I’m also exploring the random and themed Geomorph. I’m not going to go too much into explaining why all this is here, that just takes the fun out of Mega Dungeons, but I would like some organisation to them other than just the random mess that you see in old school mega dungeons. Don’t get me wrong I plan on using random mess as well. Hey if it is not broke why fix it.
Well lets start out with what you need for maps to play any version of GURPS. GURPS uses a Hexagonal Grid with one hex = 3 feet. This is much different then the standard D&D of 1 square = 5 feet (or 10 feet in some maps).
Well I started by using a square map with a hexagonal grid.
Now this looks nice and works really well except for one problem. You can only rotate it 180 degrees. If you rotate it 90 degrees the hexagon grid becomes vertical not horizontal so this means you have to make two versions of this tile, one with a vertical hexagon and the other with a horizontal hexagon in order to be able to rotate it. This is not exactly what I had in mind.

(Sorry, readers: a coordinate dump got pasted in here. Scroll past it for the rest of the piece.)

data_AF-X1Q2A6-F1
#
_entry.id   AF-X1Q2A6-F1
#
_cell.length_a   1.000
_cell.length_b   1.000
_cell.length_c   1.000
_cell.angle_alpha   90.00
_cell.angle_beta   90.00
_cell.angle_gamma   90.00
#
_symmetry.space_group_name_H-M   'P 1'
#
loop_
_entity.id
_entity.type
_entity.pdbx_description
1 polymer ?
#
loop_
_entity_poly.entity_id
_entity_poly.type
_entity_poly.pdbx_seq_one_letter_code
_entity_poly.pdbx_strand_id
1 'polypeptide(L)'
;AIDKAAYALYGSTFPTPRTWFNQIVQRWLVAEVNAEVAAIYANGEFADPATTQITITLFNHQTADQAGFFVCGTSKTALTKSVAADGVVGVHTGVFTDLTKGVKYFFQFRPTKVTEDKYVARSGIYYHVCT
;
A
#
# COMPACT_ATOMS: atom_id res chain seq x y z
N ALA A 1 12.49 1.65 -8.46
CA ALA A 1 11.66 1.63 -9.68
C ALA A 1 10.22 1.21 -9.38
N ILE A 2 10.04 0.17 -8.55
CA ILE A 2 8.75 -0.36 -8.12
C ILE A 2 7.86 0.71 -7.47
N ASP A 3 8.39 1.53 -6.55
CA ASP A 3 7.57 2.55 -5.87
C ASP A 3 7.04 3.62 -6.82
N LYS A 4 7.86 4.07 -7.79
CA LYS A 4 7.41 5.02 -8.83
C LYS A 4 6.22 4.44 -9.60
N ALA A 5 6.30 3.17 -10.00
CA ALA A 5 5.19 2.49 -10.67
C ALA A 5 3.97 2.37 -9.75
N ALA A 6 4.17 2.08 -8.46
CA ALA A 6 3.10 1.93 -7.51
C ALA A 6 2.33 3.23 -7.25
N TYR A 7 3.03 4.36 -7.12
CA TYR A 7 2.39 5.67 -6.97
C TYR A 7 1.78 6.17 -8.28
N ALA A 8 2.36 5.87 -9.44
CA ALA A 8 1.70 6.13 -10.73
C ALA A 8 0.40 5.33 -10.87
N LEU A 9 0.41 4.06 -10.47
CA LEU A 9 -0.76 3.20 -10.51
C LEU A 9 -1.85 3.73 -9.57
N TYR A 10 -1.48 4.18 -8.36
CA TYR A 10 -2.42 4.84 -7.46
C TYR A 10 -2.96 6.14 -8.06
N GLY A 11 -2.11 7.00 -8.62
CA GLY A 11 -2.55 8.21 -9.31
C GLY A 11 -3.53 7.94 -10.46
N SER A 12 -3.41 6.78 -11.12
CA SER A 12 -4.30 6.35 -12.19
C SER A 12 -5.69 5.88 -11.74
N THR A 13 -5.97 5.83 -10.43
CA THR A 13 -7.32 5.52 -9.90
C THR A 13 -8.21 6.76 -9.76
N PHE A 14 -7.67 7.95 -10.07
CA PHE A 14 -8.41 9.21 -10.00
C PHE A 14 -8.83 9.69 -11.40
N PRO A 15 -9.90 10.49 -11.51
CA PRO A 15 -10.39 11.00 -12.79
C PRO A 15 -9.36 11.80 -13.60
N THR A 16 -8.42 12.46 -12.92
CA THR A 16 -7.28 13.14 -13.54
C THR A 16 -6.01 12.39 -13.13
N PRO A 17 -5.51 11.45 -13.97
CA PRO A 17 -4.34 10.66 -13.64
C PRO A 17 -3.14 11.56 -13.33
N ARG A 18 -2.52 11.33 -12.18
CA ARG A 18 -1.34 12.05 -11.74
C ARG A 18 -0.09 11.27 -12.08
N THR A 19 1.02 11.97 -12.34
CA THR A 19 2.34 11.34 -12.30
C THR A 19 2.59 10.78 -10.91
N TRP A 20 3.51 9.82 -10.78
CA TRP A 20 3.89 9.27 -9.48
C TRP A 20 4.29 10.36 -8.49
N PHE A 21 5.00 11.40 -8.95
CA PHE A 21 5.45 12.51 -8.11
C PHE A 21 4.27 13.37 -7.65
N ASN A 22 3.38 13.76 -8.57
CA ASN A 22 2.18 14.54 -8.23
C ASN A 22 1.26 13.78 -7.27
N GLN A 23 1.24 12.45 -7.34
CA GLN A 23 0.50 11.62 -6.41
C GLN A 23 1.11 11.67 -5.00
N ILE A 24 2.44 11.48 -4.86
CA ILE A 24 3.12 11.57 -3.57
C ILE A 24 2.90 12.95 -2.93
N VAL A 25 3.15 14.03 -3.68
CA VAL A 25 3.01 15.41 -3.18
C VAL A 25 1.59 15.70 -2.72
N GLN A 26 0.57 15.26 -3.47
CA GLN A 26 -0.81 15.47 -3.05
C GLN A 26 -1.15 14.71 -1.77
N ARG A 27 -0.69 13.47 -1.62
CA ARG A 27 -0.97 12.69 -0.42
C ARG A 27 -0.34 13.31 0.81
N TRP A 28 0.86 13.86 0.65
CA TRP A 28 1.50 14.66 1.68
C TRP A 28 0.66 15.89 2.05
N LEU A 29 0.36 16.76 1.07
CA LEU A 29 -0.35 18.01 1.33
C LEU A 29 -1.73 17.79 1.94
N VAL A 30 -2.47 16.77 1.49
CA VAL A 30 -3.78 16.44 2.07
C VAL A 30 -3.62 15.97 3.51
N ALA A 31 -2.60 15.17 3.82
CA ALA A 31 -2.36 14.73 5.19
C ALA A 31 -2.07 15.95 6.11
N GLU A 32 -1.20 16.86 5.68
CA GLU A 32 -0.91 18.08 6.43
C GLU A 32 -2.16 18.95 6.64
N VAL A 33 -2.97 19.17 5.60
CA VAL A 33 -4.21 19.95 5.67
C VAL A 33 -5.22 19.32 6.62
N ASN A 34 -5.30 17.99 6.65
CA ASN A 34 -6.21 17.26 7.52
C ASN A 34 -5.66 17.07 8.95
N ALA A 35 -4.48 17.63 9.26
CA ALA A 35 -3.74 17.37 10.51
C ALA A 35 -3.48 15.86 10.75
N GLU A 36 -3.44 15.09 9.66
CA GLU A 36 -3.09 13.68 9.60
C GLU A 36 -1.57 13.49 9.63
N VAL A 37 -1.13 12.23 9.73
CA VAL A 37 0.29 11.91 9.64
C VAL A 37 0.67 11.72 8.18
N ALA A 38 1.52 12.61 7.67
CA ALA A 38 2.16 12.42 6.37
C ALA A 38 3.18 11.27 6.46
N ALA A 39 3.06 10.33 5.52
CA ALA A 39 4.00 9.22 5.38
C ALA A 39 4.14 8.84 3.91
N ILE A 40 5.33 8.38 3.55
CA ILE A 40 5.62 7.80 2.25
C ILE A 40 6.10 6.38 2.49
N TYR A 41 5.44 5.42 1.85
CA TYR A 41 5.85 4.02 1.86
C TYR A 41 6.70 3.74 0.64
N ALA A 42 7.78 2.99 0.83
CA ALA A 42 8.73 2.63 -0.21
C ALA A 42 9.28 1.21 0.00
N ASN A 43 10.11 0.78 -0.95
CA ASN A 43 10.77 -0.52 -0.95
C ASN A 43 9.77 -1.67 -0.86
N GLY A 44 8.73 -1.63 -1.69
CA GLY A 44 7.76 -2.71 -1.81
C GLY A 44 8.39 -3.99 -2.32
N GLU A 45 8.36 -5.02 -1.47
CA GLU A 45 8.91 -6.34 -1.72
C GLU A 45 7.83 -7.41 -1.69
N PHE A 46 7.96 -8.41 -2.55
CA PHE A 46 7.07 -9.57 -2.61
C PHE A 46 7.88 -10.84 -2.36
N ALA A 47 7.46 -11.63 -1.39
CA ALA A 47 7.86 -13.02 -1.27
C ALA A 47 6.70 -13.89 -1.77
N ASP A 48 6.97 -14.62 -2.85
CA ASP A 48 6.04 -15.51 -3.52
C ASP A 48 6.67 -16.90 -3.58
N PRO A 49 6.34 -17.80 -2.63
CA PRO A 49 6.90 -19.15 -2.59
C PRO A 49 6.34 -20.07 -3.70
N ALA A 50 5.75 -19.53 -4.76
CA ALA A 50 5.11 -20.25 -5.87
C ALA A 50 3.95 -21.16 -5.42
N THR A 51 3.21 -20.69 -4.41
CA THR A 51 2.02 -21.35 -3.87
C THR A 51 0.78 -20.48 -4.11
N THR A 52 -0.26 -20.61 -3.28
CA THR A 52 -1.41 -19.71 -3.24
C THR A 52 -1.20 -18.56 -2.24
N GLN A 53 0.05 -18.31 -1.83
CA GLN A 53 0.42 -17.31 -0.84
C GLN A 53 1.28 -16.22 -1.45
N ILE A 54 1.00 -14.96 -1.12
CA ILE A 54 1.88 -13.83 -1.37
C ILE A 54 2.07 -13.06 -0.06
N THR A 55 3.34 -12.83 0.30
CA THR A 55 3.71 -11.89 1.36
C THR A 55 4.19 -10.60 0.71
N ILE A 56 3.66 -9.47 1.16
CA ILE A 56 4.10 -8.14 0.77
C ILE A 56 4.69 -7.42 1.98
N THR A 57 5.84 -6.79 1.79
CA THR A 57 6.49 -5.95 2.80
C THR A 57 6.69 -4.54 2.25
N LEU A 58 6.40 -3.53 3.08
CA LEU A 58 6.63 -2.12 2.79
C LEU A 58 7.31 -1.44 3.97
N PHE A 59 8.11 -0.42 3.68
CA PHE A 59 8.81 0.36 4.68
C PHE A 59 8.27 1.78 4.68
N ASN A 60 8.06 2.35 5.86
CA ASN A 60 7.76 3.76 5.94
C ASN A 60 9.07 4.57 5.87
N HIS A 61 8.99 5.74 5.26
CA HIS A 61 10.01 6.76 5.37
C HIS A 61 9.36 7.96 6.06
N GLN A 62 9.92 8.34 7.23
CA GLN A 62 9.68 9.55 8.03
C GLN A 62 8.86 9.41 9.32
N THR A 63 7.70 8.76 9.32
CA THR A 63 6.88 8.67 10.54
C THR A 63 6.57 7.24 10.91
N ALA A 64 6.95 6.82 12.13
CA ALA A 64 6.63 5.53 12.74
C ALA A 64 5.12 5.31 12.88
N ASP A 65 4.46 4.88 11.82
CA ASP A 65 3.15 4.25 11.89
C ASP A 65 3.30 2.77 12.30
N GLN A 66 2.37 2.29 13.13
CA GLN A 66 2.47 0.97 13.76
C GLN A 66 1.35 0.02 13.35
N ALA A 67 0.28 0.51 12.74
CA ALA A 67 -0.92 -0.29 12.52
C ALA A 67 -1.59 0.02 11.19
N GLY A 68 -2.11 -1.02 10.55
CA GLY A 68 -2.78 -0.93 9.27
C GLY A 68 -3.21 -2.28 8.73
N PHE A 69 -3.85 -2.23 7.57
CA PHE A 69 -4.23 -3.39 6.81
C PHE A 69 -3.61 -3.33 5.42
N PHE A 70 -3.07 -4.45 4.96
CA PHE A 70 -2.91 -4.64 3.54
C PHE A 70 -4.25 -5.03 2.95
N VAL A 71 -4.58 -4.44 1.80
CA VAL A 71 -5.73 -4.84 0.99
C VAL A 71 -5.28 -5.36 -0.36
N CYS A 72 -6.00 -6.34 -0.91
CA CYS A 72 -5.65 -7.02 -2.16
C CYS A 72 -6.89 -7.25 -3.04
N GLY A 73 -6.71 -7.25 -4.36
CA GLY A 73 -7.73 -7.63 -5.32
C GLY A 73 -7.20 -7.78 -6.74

After several discussions on the World Works Games forums I decided that it was possible using a hexagonal tile. The advantages to this is you can freely rotate them and they will always match up with the next tile!
This allows me to create battle tiles for use with miniatures and have them line up with the other tiles. I made the tiles as large as I could to fit on either US letter or A4 paper. Some of the things I notice is that when you have corridors meeting diagonally across the edge of the tile it needs to be slightly smaller than if it meets head on. The image above is a perfect example. The north/south corridor meets the edge head on and is 6 feet wide. The east/west corridor will be slightly off if matched with another tile that goes head on so it needs to be adjusted. I’ve discussed with on the Steve Jackson Games forums and figured out that for a 6′ corridor I need to reduce the size to 5′-6″ if it runs diagonally to the tile edge in Campaign Cartographer. Case solved.
However what about large scale maps? It is fine to make a whole bunch of random battle tiles but even your standard square grid tiles require several battle tiles to make a descent layout. So after several discussions with people (including Kuroshima) I came up with this design. The hex tile above will be the main geomorph tile. It contains 13 full size battle maps and 6 half tile battle maps. Now I can draw geomorphs on this tile and if needed easily transfer them to a full size battle tile for use with miniatures. There will be two connecting points per side. So one tile that looked like this can be duplicated and rotated to create this maze of corridors.
So far I’m happy with the results. I will continue to keep everyone updated on my progress as I come up with a way to easily create large scale dungeons for GURPS games.